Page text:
Relationship between the results of in vitro receptor binding assay to human estrogen receptor alpha and in vivo uterotrophic assay: comparative study with 65 selected chemicals.
ABSTRACT For screening chemicals possessing endocrine disrupting potencies, the uterotrophic assay has been placed in a higher level in the OECD testing framework than the ER binding assay to detect ER-mediated activities. However, there are no studies that can demonstrate a clear relationship between these assays. In order to clarify the relationship between the in vitro ER binding and in vivo uterotrophic assays and to determine meaningful binding potency from the ER binding assay, we compared the results from these assays for 65 chemicals spanning a variety of chemicals classes. Under the quantitative comparison between logRBAs (relative binding affinities) and logLEDs (lowest effective doses), the log RBA was well correlated with both logLEDs of estrogenic and anti-estrogenic compounds at r(2)=0.67 (n=28) and 0.79 (n=23), respectively. The RBA of 0.00233% was found to be the lowest ER binding potency to elicit estrogenic or anti-estrogenic activities in the uterotrophic assay, accordingly this value is considered as the detection limit of estrogenic or anti-estrogenic activities in the uterotrophic assay. The usage of this value as cutoff provided the best concordance rate (82%). These findings are useful in a tiered approach for identifying chemicals that have potential to induce ER-mediated effects in vivo.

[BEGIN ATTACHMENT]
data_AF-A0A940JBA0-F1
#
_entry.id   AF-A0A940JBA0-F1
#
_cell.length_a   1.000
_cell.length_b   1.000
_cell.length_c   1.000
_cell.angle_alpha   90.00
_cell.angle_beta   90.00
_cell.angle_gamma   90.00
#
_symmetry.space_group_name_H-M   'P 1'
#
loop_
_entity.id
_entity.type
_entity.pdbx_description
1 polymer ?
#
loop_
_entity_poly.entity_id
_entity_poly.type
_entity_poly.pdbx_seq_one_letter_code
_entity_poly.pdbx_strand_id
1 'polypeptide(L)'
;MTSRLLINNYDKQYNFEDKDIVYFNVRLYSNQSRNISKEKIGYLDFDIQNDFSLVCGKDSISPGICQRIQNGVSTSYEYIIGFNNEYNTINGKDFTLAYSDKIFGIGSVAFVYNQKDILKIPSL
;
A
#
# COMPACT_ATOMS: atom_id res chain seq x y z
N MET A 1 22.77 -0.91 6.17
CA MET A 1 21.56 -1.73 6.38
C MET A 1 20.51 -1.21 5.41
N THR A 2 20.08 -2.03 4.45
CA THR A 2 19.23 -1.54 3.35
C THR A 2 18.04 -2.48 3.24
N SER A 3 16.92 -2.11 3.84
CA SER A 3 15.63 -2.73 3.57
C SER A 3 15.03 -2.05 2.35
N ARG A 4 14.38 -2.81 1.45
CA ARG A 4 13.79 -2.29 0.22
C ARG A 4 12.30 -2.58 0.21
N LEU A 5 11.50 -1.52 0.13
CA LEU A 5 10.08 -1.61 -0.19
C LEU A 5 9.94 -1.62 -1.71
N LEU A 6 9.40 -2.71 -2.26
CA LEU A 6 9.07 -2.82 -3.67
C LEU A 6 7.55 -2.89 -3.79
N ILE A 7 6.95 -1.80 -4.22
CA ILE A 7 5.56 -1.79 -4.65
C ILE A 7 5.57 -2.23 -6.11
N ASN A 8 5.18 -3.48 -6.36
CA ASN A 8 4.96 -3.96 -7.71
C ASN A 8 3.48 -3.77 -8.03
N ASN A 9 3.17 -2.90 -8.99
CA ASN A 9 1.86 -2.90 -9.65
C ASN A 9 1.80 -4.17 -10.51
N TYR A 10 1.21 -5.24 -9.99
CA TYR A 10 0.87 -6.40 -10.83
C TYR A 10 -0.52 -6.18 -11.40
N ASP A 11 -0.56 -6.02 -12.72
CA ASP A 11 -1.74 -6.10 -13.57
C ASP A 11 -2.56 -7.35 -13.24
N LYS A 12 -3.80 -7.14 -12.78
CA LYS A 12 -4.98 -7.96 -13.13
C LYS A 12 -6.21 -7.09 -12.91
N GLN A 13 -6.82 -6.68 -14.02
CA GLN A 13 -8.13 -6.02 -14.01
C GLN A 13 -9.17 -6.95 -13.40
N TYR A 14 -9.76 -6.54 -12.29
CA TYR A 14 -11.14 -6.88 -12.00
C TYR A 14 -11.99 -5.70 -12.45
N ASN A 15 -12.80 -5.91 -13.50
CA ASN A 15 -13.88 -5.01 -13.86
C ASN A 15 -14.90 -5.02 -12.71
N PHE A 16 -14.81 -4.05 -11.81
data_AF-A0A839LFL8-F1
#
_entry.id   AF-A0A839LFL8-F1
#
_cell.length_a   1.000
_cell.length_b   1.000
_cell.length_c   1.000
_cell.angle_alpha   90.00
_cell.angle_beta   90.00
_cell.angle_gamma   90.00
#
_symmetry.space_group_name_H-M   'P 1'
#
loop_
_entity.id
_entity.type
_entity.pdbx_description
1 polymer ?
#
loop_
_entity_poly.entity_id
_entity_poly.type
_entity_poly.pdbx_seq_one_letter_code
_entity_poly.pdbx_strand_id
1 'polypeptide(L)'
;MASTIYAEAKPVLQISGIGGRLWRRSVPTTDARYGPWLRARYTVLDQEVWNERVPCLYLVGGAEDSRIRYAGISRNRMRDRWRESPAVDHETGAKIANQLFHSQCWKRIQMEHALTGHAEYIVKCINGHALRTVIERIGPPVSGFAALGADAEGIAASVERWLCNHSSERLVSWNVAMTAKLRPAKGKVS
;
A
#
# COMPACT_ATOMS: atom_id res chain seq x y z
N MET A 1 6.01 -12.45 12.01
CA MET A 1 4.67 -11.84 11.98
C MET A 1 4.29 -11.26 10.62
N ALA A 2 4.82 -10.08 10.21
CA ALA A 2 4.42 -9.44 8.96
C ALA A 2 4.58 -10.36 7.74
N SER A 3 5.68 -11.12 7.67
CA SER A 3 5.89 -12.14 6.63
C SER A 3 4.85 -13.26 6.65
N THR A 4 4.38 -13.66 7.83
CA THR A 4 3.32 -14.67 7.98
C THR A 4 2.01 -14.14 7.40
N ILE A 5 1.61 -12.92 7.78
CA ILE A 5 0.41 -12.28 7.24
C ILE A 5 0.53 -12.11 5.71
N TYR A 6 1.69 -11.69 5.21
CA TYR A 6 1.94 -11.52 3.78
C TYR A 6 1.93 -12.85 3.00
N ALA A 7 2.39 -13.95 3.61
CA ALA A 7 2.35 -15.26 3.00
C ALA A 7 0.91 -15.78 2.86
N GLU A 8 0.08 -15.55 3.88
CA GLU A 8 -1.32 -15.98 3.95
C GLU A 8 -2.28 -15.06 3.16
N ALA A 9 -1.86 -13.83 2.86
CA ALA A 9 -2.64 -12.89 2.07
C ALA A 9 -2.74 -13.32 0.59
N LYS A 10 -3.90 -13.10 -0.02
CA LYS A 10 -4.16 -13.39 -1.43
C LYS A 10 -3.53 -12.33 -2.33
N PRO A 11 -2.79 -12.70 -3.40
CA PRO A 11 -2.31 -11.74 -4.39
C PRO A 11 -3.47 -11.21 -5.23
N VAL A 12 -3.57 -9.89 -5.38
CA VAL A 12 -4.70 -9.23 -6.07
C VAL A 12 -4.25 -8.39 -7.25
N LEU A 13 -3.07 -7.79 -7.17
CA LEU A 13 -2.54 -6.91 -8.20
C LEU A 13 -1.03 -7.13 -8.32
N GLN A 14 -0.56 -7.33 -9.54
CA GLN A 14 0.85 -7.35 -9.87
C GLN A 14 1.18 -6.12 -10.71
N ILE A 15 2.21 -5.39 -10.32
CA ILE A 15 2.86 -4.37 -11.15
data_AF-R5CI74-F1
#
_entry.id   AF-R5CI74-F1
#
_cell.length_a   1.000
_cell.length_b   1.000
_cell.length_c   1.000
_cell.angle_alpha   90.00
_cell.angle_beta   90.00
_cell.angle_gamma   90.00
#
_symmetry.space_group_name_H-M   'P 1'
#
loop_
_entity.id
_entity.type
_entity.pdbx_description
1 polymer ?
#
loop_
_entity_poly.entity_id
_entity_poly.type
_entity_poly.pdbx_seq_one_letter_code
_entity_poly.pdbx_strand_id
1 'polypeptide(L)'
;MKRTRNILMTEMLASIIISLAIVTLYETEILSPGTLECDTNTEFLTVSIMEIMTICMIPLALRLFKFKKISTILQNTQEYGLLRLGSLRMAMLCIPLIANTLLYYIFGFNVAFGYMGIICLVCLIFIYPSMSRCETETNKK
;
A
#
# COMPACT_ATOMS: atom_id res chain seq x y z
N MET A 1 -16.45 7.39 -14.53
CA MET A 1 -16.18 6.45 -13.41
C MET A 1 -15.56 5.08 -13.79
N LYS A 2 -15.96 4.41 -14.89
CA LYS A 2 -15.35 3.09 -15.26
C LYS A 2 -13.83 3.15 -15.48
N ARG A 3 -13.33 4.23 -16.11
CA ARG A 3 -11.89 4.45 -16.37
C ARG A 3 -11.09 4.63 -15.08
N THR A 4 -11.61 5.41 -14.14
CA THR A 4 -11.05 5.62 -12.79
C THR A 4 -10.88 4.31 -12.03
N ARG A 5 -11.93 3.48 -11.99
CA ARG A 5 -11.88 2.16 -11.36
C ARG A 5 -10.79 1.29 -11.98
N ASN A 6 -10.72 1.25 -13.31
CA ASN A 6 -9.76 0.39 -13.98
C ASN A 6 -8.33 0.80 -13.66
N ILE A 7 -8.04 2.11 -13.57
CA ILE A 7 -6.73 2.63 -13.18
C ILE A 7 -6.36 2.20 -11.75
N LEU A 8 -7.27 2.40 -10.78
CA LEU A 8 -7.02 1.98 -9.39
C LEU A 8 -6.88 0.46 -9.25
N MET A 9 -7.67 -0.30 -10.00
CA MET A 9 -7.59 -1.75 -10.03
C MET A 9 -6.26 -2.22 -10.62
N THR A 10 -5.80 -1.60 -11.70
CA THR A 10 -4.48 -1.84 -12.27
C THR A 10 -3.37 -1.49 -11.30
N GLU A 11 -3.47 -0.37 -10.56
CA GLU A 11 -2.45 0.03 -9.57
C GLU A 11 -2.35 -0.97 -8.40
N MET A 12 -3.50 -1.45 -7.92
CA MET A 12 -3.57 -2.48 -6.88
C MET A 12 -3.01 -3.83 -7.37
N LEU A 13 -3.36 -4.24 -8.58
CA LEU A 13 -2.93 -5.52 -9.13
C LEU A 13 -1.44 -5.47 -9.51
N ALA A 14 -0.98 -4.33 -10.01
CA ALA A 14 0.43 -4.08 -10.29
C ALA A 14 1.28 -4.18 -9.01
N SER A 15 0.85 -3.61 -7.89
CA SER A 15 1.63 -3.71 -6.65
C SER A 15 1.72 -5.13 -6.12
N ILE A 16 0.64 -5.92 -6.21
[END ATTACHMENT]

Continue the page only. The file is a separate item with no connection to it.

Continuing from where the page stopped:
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ABSTRACT: Dialkyl phthalates have been suggested to function as xenoestrogen. To explore the structural essentials, a series of ring and alkyl-chain isomers of dialkyl phthalates C6H4(COOCnHm)2 were examined for their ability to displace [3H]17beta-estradiol in the recombinant human estrogen receptor expressed on Sf9 vaculovirus. Compounds with an alkyl chain of more than C3 (n = 3) exhibited a distinct full receptor binding in a dose-dependent manner. When the ring isomers of C3-diallyl (-CH2-CH=CH2) derivatives, namely diallyl phthalate, diallyl isophthalate, and diallyl terephthalate, were examined, the ortho isomer of diallyl phthalate was most potent to bind to the estrogen receptor. The interaction with the estrogen receptor was optimized with dibutyl phthalates of C4. The conformational studies by 1H-NMR measurements and ab initio molecular orbital calculations have suggested that the structure mimics the interface of steroid A and B/C rings of 17beta-estradiol. Dicyclohexyl phthalate bound to the estrogen receptor with a biphasic binding curve, suggesting the compound discriminates two different receptor conformations.Biochemical and Biophysical Research Communications 02/1999; 254(2):311-4. · 2.41 Impact Factor